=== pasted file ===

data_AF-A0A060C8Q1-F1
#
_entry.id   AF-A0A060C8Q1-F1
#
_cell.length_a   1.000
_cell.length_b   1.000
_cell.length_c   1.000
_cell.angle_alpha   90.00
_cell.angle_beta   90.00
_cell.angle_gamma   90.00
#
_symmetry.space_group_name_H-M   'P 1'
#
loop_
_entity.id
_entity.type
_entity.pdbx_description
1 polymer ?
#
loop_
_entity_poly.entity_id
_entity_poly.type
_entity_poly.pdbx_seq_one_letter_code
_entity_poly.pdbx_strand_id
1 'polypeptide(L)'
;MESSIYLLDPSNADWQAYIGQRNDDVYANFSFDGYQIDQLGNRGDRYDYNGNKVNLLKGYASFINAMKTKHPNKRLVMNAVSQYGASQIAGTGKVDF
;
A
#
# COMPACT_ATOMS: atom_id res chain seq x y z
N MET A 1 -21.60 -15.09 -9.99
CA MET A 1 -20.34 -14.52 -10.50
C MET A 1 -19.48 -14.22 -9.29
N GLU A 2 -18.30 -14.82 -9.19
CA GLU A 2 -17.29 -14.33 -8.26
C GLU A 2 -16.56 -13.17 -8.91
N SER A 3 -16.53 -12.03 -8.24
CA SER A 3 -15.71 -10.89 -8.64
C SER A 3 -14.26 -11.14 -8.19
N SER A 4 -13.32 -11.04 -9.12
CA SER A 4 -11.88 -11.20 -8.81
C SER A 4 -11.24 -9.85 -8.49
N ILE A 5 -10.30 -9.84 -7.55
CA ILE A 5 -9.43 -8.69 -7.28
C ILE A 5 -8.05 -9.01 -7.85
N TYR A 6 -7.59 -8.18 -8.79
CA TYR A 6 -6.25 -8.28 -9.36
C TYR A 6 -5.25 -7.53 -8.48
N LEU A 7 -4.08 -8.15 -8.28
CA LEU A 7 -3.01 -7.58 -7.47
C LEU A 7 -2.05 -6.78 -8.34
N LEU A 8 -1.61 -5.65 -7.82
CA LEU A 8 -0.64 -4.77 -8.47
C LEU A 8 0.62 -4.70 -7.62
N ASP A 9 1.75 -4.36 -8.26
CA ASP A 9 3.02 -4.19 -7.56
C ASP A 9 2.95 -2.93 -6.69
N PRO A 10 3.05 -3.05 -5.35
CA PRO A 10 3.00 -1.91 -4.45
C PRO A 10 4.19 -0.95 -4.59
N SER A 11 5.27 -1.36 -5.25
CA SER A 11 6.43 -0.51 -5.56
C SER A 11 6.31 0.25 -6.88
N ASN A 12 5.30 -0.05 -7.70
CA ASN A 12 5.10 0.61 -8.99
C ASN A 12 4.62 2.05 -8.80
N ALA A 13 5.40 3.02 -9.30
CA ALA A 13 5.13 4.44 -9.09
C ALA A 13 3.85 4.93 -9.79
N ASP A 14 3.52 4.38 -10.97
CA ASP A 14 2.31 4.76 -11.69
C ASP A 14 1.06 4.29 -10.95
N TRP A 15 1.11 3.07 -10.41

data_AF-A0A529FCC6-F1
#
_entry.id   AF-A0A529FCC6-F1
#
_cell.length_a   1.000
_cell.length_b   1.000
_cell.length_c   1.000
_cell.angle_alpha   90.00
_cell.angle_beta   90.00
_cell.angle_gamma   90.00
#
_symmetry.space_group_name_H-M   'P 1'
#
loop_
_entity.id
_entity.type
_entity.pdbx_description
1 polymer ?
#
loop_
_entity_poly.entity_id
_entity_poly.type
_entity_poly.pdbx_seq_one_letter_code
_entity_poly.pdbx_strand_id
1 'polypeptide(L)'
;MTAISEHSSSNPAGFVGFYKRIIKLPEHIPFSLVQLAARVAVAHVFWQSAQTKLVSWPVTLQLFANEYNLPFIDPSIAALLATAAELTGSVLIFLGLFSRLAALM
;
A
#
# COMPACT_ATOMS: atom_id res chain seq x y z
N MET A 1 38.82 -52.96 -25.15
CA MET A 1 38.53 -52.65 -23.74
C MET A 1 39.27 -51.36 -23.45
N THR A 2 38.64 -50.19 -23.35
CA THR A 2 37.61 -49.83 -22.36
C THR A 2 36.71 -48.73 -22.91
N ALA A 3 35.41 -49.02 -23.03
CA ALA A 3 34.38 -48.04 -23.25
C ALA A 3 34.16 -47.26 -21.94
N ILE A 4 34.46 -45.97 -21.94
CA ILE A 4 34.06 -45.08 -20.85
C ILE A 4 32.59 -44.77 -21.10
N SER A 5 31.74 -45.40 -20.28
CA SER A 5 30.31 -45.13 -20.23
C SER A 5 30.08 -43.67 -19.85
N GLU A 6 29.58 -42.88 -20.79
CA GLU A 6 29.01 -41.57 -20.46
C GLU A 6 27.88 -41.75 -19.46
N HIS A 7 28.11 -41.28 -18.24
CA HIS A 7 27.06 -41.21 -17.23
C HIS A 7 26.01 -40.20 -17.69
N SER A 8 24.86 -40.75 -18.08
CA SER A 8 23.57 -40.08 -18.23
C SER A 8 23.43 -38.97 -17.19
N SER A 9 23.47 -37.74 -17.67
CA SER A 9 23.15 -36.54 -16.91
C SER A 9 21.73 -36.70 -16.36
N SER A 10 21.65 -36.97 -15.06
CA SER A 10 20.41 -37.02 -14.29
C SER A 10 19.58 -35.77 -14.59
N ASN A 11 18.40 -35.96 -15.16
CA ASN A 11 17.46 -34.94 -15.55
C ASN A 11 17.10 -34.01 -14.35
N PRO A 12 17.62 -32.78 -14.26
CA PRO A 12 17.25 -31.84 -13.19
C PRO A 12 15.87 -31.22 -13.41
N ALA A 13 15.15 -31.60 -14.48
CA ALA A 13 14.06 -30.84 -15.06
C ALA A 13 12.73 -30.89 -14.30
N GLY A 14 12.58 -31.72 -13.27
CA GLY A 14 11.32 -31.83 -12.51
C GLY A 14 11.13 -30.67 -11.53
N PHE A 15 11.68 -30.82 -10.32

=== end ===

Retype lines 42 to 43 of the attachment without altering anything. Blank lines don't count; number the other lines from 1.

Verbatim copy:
C SER A 4 -11.24 -9.85 -8.49
N ILE A 5 -10.30 -9.84 -7.55